I applied to Remote Year because I was attracted to the intersection of global-mindness and community and was curious; but, I never thought I would get in! When I did, I labored a lot over the decision. On one hand, I had a great career I worked hard for, but on the other hand, an opportunity for adventure, reflection, and to meet a group of amazing, likeminded people. It wasn't an easy choice, but ultimately, I decided it was something I couldn't say no to and had to find a way to make it work.
Before coming on Remote Year, I was the Creative Director of Brand Strategy at The Daily Beast. When I decided to go on Remote Year, my company ultimately decided part of my job could not be done remotely; but, I'm still working on the same team and retain some of my previous duties. I've also moved to a part-time role, so I've taken on other clients in the form of content strategy & management and writing...and we'll see what else comes my way this year! I'd love to be able to make a film this year.
I knew I had the kinds of skills that could lend itself to Remote Work, but it took months of hustling: letting people know I was available for remote work, the kinds of skills I had, the benefits to having an international creator on the ground, writing countless pitch decks and proposals. Through working my network, I'm currently able to balance enough clients to make remote work a possibility!
I'm hoping to meet creators and makers all over the world. I love to hear peoples' stories and I think opening up my storytelling to an even larger, global level will transform my craft.
I was fortunate to travel with my family as a kid, but my world got really big at 17 when I went to live in Spain for a summer with a family that didn't speak any English. I was overwhelmed and right at home at the same time and I've been chasing that feeling ever since. Plus, I'm pretty loud and Spaniards are even louder, so it was great to feel right at home in a foreign land - I didn't think it was possible until then!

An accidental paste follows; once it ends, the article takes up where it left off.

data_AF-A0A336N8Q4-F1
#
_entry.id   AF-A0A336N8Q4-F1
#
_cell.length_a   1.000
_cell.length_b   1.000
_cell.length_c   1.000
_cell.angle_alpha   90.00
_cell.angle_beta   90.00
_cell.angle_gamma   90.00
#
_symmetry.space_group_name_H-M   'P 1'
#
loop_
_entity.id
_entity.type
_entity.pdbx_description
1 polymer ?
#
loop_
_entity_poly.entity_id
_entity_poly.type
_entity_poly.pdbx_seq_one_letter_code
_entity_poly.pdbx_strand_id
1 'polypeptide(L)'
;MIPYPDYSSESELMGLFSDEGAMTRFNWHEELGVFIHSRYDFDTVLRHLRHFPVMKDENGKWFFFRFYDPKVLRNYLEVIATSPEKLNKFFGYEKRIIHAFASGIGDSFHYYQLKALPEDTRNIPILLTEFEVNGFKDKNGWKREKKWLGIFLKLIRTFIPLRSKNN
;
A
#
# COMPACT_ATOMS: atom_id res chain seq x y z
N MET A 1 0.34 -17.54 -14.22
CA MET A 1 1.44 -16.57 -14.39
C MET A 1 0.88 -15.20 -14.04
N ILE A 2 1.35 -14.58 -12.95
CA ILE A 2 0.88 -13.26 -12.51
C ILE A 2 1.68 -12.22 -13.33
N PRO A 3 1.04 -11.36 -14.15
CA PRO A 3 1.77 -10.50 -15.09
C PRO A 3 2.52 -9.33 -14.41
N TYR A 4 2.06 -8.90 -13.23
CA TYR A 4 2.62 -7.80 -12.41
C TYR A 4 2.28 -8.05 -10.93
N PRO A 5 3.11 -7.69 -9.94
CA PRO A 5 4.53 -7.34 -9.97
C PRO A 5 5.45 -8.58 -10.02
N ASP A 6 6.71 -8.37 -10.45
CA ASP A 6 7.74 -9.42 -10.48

Storytelling and using it to make a difference.
"Buy the ticket. Take the ride." Hunter S. Thompson's words often ring in my ear when it comes to travel and tackling life. You don't know what's going to happen, you don't know what's coming, but you know growth, experience, and wonder are in your future. Just do it, just go. When I graduated from college, I told myself to make sure I traveled to at least one new country a year. Even years where I was working crushing hours and was flat broke, I found deals, and I made it work. Make it happen - you can find a way. The value is immense.
Possibility. Exciting. Right.
"Prodigal Summer" by Barbara Kingsolver. It reminds me not only of the symbiosis when it comes to nature, but that everyone has a place in this world.
I'm crazy good at braiding hair.
Bring a second phone! You can pop a local sim card on, use it as a hot spot, and you won't be as upset if one gets stolen.
Hair ties, a really good book, and sleeping pills.
The world hasn't quite caught up to the possibility of working in this way. I get annoyed when people say "How is your trip?" I think, "You mean my life where I worked until 10pm tonight? Yeah, it's life." Don't get my wrong, I feel so fortunate and know I'm in an incredibly amazing position, but people don't readily understand that I know I can still work just as hard as if I was sitting in an office.
When you get out at 10pm? You can still go to tango lessons and have wine with friends. There's always something new to explore and learn outside of work and cultures to immerse yourself in. It's never boring, even when work might be.
The person I'm meant to be. I'd like to get a sense of clarity of what the next phase of my life is supposed to look like and be someone who is open, grounded, pursuing life at full force, helping others where I can, all with a sense of gratitude and grace.